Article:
University of Tasmania

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Novel methods for quantifying movement behavior of free-ranging fish from telemetry data

posted on 2023-05-26, 01:03 authored by Stehfest, KM
In recent decades, technological progress in the field of biotelemetry has allowed the collection of vast amounts of data on the movement of free-ranging marine animals and recently there have been great advances in analysing data from tags that allow the observation of complete animal tracks. One of the most common and low-cost tools for tracking marine animals, however, are automated acoustic arrays, which often do not record complete tracks but provide presence/absence data for tagged animals at fixed locations. The development of quantitative methods for analysing these data has lagged behind the technological advances in the field. This thesis applies novel methods for quantifying the movement behaviour of highly mobile free-ranging teleosts and elamsobranchs using automated acoustic tracking data and answers ecological questions of management relevance for tropical tuna (Yellowfin tuna Thunnus albacares) and a temperate shark species (Broadnose sevengill shark Notorynchus cepedianus). Additionally, pop-up satellite archival tag (PSAT) data are analysed for the temperate shark species, to put the findings of the acoustic tracking data analysis into the context of the animals' large-scale movement behaviour. The two acoustic datasets represent two different types of common receiver array designs: For the tuna study, individual receivers were deployed at ecologically significant locations (fish aggregating devices, FADs) to determine the residency at and movement between these locations. For the shark study, receivers were deployed as multiple curtains between opposite shorelines to detect passes of animals through the curtains and determine general movement patterns within a coastal area. Network analysis methods were applied to both datasets to quantify the co-occurrence of individuals at a given location and to determine the relative importance of each location to the animals. For the former, we adapted association indices from social network analysis to quantify temporally explicit joint occurrences of individuals. For the latter we treated the number of transitions between locations as a measure of the connectivity between them. The network analysis approach to the acoustic tracking data was well suited to the type of array used in the tuna study and was a considerable improvement over traditional measures of cooccurrence which often only include either the spatial or the temporal dimension, not both. It provided new insight into the temporal dynamics of tuna aggregations at FADs and how they may be linked to between-FAD movement. We observed large interannual variation in movement rates of tuna between FADs, and corresponding interannual variability in the mean number of spatio-temporal associates for each individual as well as the temporal stability of associations. When movement rates were high, associations within FAD aggregations decayed to randomness three times faster than when movement rates were lower. This raises the possibility that if FADs are sufficiently close for fish to perform frequent between-FAD movements, school mixing may be increased and cohesion reduced. For the shark data, we compared results from the network analysis to a Markovian movement model estimated from counts of observed transitions. Specifically, we tested the suitability of the two methods for determining whether the differences in large-scale movement behaviour between males and females we established from the PSAT data are mirrored in their space-use during their coastal summer residency. Both spatial network analysis and Markov chain analysis showed differences in space-use between male and female broadnose sevengill sharks, however, rankings of the relative importance of geographic areas differed between the two approaches. This indicated that not only transitions but also residency periods, which are not accounted for by spatial network analysis, were important for identifying priority areas for the sharks. Determining how animals interact and move within their environment has been a relatively understudied area, lacking in quantitative analytical methods. This thesis has applied various novel approaches which quantify both how individuals interact and use space, deepening our understanding of the two and the link between them.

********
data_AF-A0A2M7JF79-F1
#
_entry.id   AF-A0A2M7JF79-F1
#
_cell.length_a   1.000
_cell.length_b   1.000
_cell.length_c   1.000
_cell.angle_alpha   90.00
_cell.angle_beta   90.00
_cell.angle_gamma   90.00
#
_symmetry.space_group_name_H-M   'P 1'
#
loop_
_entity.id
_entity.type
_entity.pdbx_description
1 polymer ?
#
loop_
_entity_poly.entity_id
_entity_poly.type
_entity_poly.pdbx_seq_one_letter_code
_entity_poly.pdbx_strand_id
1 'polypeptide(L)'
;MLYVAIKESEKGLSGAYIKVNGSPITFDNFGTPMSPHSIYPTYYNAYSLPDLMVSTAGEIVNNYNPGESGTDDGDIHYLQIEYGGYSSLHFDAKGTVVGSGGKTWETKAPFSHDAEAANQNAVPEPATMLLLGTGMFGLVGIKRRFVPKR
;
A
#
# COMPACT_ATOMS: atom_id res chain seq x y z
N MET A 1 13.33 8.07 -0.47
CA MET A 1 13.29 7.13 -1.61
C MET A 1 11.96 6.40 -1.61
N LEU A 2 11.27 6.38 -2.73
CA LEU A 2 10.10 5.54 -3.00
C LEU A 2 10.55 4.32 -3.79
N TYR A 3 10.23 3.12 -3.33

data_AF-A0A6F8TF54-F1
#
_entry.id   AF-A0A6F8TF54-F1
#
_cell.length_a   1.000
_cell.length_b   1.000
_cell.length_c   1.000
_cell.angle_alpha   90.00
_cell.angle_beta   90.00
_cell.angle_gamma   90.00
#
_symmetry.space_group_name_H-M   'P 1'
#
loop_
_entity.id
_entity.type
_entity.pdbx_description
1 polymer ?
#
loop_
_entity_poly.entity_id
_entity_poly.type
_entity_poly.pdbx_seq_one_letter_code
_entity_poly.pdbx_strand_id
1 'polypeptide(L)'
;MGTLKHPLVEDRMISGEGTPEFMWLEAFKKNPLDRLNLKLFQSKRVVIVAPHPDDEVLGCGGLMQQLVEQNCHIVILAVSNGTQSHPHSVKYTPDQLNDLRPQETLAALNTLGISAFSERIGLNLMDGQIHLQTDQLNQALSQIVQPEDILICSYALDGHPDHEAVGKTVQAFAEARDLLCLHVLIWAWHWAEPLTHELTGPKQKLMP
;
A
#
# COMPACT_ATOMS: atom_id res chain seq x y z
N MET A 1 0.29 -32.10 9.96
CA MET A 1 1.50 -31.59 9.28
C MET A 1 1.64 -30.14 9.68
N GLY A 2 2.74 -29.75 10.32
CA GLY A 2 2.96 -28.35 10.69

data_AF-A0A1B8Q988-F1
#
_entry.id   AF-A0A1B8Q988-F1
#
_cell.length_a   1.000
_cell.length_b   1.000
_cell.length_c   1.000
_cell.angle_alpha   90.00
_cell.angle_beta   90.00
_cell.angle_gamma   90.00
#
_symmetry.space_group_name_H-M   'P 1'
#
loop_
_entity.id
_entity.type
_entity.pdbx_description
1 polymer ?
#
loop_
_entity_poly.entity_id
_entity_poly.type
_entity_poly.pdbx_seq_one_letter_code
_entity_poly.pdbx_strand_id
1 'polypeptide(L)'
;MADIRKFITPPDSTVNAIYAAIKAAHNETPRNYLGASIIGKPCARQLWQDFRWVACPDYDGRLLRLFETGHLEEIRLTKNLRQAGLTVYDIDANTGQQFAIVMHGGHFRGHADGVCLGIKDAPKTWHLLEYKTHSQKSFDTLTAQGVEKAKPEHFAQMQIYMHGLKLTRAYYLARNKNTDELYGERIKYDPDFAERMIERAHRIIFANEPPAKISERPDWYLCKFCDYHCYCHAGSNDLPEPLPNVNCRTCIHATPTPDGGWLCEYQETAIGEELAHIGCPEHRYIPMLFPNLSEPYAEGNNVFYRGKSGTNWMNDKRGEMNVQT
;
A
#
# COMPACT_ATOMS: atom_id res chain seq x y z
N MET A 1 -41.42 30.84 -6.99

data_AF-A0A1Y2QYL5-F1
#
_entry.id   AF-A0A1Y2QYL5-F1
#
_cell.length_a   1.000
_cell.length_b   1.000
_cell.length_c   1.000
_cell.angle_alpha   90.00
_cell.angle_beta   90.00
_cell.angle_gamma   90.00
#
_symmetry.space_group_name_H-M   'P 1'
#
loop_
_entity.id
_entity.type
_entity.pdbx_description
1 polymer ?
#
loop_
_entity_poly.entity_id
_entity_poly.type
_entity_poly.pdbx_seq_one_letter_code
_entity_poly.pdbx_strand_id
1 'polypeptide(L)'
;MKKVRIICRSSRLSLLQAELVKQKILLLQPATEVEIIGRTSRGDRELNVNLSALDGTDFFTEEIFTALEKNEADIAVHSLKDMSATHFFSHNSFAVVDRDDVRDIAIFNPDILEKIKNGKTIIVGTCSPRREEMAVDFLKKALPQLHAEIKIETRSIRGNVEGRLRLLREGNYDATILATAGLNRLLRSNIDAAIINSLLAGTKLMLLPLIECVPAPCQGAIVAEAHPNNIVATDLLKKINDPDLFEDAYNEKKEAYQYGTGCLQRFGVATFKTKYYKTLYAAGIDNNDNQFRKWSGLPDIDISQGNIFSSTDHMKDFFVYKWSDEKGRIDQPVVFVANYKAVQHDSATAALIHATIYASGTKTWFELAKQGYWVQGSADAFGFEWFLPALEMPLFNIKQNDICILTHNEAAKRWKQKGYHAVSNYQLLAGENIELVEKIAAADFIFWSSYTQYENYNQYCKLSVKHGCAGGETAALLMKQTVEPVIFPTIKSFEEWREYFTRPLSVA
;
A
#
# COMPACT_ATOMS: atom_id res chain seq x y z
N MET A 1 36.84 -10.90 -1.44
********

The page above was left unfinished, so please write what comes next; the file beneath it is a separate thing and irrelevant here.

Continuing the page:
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  • Unpublished

Rights statement

Copyright 2013 the author Chapter 2 appears to be the equivalent of a post-print version of an article published as: Stehfest, K. M., Patterson, T. A., Dagorn, L., Holland, K. N., Itano, D., Semmens, J. M., 2013. Network analysis of acoustic tracking data reveals the structure and stability of fish aggregations in the ocean, Animal behaviour, 85(4), 839-848 Chapter 3 appears to be the equivalent of a post-print version of an article published as: Stehfest, K. M., Patterson, T. A., Barnett, A., Semmens, J. M., 2014. Intraspecific differences in movement, dive behavior and vertical habitat preferences of a key marine apex predator, Marine ecology progress series, 495, 249-262. Copyright Inter-Research and CSIRO 2014

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